It’s amazing how a gathering that is supposed to bring so much joy and laughter can become such a challenging and awkward situation. Being lactose intolerant, and with dairy being my number one eczema trigger, I swear my hands start itching when I watch milk being added to a dish. I hold my breath while I listen to the host’s ingredient list being rambled off praying for a dish I can eat itch and worry free “…potatoes…onions…cheese” Dammit.

Been there? Me too. It’s awkward being the one people have to accommodate for, but here’s how to survive it.

Remind your host

Don’t be afraid to gently remind your host about your dietary restrictions. Try to do so the moment they invite you, so that they have adequate time to prepare. It doesn’t matter how many times you’ve already told them, or that you think that they should remember “by now”. People are far too busy with their own lives to worry about you and your diet (as in turn, you are too busy to worry about theirs).

Did the dish still wind up being something you can’t stomach? Don’t take it personally, just because they didn’t remember doesn’t mean they don’t care. Keep in mind that not everyone has a pantry full of substitutes for dairy, gluten, or whatever else it may be.

Bring your own dish

Help out your host (and you!) by offering to bring a dish, and be sure to make enough to share. You’ll be guaranteed to eat without worry, and who knows -maybe it’ll leave your loved ones begging for more!

Not sure what to make? Here’s a bit of inspiration:

Channel your inner 3 year old

Now I don’t mean kicking, screaming, crying, and otherwise just having a major tantrum on the floor…I mean I suppose you could, you certainly wouldn’t have to worry about being invited back over any time soon…(so maybe?).

What I actually mean is take small portions of the dish your host generously provided and pick through your food (and around your all your ‘no-no’ foods). We’ve all seen kids pickily go through their food, have we not? While this means you may not be the one at the table with the most manners, sometimes you just gotta do what you gotta do. Keep in mind that you don’t need to channel your inner 3 year old by making a fuss and drawing attention to yourself as you disgustedly push food to the side.

Fill up the rest of your plate with veggies, salad or anything else that’s sure to make your tummy happy. Smile wide and say your (as my 3 year old cousin would say) “pwease and tank yous”

Graciously Decline

So there is literally absolutely NOTHING tummy and itch safe on the table? The host’s main dish has milk laced throughout, EVERY. SINGLE. bun in the entire house is already buttered, dessert is 14 scoops of ice cream, and by God there’s even cheese melted over the salad. Melted cheese on a salad!? Are they trying to kill me!? (That’s just my own personal eating out hell. Tell me yours!)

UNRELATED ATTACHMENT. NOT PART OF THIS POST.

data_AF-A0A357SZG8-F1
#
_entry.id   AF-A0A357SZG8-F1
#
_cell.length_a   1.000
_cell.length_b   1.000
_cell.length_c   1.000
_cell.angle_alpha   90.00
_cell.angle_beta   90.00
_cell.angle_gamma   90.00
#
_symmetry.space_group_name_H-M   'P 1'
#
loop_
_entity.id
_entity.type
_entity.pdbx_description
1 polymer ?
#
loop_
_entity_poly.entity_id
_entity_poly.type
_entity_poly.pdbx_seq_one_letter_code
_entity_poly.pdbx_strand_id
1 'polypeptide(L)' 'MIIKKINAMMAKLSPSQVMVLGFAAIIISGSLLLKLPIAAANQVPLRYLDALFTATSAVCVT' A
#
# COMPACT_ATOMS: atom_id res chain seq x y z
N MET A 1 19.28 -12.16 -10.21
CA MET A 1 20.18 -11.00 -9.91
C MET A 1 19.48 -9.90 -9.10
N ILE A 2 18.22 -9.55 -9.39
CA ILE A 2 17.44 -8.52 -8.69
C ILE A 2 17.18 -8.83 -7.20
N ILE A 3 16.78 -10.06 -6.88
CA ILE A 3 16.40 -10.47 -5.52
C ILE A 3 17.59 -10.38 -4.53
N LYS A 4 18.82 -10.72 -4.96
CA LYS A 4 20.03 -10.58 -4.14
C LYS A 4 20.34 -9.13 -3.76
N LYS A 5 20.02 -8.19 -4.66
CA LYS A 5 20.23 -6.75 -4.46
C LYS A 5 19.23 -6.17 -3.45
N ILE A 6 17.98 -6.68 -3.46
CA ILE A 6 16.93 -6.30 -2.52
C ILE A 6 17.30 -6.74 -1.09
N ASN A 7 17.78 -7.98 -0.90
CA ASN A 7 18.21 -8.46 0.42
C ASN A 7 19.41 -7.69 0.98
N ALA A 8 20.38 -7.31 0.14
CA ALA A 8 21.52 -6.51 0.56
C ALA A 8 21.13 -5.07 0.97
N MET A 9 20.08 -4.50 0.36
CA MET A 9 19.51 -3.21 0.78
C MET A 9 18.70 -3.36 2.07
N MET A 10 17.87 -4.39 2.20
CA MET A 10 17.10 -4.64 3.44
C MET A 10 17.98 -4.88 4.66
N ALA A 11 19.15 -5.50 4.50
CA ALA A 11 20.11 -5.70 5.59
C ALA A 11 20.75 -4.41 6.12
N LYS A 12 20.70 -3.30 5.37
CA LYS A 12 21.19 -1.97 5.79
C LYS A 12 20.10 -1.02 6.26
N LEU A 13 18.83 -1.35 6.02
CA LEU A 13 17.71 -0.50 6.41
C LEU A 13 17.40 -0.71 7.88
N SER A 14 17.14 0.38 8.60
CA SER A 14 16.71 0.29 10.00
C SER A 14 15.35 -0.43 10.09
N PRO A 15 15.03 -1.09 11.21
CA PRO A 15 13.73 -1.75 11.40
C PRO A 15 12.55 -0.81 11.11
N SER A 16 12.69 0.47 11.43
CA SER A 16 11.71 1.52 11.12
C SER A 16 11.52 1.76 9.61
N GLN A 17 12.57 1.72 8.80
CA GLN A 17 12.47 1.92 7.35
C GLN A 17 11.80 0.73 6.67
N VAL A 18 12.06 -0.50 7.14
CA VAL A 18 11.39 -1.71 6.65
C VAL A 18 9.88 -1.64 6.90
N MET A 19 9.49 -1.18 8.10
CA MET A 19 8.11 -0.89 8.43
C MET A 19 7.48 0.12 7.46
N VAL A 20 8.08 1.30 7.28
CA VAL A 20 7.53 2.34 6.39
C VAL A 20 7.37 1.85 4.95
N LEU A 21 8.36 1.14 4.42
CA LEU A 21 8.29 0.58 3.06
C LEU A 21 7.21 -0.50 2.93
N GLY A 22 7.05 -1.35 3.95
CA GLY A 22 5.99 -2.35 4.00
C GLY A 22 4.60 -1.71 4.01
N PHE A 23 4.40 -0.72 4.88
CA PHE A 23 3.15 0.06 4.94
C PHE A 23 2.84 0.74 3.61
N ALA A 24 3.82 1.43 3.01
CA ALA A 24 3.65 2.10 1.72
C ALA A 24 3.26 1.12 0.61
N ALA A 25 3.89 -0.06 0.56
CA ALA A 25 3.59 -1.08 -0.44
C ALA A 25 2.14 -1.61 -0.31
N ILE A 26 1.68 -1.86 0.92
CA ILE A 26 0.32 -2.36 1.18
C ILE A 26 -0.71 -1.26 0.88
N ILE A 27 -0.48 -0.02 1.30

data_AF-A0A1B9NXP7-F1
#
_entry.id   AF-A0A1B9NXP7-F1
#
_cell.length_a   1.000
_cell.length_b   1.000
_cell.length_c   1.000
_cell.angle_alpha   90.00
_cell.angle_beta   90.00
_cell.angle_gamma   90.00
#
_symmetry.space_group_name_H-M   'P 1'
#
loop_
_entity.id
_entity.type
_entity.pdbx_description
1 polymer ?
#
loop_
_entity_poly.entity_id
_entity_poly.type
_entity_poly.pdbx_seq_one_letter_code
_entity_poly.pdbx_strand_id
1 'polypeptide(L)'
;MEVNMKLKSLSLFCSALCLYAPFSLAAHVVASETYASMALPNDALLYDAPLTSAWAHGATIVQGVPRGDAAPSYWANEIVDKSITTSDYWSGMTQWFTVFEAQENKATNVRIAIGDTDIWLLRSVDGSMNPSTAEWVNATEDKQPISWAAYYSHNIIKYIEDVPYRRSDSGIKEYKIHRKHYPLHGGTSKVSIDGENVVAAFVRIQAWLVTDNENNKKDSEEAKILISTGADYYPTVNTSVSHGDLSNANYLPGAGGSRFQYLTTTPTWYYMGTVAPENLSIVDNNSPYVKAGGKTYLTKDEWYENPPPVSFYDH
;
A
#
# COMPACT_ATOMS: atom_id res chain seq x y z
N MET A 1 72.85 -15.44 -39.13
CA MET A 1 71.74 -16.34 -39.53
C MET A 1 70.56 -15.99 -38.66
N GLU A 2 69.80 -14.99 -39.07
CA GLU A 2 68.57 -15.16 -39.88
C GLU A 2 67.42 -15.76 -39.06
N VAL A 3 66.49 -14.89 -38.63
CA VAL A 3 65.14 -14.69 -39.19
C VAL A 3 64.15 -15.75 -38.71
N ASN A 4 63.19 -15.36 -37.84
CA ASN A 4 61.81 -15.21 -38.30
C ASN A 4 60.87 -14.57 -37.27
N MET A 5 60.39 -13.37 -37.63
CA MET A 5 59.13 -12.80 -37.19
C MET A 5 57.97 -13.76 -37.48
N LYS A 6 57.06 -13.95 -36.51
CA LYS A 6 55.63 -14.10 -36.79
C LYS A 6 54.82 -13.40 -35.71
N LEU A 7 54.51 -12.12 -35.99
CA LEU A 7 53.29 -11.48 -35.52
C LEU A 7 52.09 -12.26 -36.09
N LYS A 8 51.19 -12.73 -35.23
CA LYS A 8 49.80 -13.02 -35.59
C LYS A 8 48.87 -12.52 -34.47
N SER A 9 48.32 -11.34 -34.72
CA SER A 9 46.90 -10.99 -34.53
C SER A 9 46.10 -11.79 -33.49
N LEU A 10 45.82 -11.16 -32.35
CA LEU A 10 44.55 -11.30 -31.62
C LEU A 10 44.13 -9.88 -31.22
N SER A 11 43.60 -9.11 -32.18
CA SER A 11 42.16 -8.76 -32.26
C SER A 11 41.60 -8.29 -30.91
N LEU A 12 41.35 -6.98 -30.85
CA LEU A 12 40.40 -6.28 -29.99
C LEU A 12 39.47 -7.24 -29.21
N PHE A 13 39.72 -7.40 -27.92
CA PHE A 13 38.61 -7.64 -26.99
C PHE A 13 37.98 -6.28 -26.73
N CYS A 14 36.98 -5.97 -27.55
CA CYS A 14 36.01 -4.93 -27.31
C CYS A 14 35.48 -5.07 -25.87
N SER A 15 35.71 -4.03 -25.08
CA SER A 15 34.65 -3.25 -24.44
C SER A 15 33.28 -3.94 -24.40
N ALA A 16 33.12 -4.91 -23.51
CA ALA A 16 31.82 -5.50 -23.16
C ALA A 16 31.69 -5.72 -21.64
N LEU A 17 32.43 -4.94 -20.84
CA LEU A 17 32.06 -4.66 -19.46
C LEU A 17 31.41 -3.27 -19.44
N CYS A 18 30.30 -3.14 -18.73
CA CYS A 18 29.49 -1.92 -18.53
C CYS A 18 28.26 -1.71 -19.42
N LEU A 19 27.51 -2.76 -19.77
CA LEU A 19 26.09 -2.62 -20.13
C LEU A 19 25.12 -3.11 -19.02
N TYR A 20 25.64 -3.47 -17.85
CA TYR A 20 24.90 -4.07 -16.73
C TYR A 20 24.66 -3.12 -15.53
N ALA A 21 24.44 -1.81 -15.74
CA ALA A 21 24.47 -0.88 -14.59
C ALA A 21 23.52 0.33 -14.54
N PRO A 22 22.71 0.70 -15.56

So what now, as the guilt starts building up inside of you what else is there to do? Run far, far away? Nope.

Pull up your big kid panties and walk over to the host. Graciously apologize and explain that, as much as you would love to dig into their delicious cheese salad; that you just can’t do it. Chances are right then and there, your lovely host will at the start pulling out anything they think could work for you. Try not to let the guilt eat you up, it’s alright.

From there, go on and get your hands dirty. Your host has done more than enough for you, so insist on putting together your own plate of goodies from the tummy safe food they provided. Be sure to whole heartily thank them.

Pack a Snack

This is a habit I’ve picked up recently, but not exclusively for going over to people’s houses. The whole habit started once I chose to cut out dairy. While my loved ones could just pull into any fast food joint or sit down at any restaurant, I had to be a little more careful about what was in my food (does everything have cheese on it now a days? Good gracious!).  Let’s just say I learned the hard way that I can get real hangry real quick if I go without food. So in order to save myself and my loved ones,  I constantly have a stash of safe snacks in my purse, in my car, and at least one in my jacket.

Now when that salad quit sticking to your bones, and everyone around you is scooping up bowls of ice cream (R.I.P. my favorite and forbidden dessert), you can go to your jacket and pull out a treat for yourself.

I’d love to have a wide variety of suggestions for you, but I don’t. The only snack I carry with me is my No Bake. No Fuss. Energy Bites. They’re naturally sweetened with honey, and are usually just enough to get rid of a dessert craving (even when you still long for ice cream).

So there we have it, five eating out survival tactics. Let me know if you’ve got another tactic, and let me in on your favorite emergency snacks!

Health and Happiness,

Savannah